Research has found that a record number of jobs at Britain’s top graduate employers are being reserved for graduates who have previously taken part in some form of internship or placement with the company.
The research, conducted by High Flyers Research on 100 companies, also predicts that graduate vacancies are set to rise to a 7 year high. Most companies have stated that four out of every ten new positions to be advertised for 2014 graduates will be reserved for those with previous experience through placements, resulting in any other leavers being unable to apply. This number rose to as much as 50 per cent of jobs at law firms and 75 per cent at City investment banks.
The survey stated: “Although the total number of graduate vacancies is set to increase sharply in 2014, recruiters have confirmed that 37 per cent of this year’s entry-level positions will be filled by graduates who have already worked for their organisations – either through paid internships, vacation work or industrial placements – and therefore are not open to other students from the ‘Class of 2014’.”
These revelations coincide with news that the average graduate starting salary will remain stagnant at £29,000 for the fifth consecutive year. Members of government such as Nick Clegg have again warned that children of wealthy well-connected families such as chief executives should not be allowed to monopolise internship positions.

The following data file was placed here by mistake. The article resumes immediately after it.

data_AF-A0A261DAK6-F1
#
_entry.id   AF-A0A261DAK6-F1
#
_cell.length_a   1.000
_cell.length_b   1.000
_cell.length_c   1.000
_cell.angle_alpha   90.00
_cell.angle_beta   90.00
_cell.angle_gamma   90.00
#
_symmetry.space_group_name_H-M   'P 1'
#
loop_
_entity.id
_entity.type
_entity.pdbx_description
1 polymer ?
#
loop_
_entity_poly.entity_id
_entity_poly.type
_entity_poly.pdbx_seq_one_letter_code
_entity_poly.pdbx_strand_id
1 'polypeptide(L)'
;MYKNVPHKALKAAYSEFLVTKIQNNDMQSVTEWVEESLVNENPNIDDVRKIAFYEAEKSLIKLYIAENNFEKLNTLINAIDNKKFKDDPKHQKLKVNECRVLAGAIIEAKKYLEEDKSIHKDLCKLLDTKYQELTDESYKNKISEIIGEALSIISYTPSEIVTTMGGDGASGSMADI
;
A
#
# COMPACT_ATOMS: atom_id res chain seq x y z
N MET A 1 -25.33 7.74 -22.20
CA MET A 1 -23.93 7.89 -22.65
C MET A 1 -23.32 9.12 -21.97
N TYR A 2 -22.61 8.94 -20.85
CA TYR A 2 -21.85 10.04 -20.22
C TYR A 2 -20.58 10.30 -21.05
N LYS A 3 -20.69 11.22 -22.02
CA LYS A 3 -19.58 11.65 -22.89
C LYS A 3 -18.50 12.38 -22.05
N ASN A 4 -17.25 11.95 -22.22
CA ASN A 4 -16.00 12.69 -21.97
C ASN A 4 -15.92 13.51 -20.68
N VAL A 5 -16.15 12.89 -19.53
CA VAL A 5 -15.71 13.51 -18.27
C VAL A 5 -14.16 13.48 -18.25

A University spokesperson refuted the research findings, saying: “The statistics quoted are based on evidence from only 100 graduate recruiters – the majority of which have well developed graduate programmes and extensive internship programmes.
“The conclusions will not necessarily apply across the graduate labour market as a whole.”
They also emphasised the University’s support of internships and the investment of £2k in their internship service over the past two years.
Kallum Taylor, YUSU President, commented: “More vacancies available to young, talented graduates can only be a good thing.
“The accessibility of internships for those who can’t afford to essentially work far away from home for (at best) very little needs addressing though. This really does affect the playing field when it comes to applying for the proper jobs.”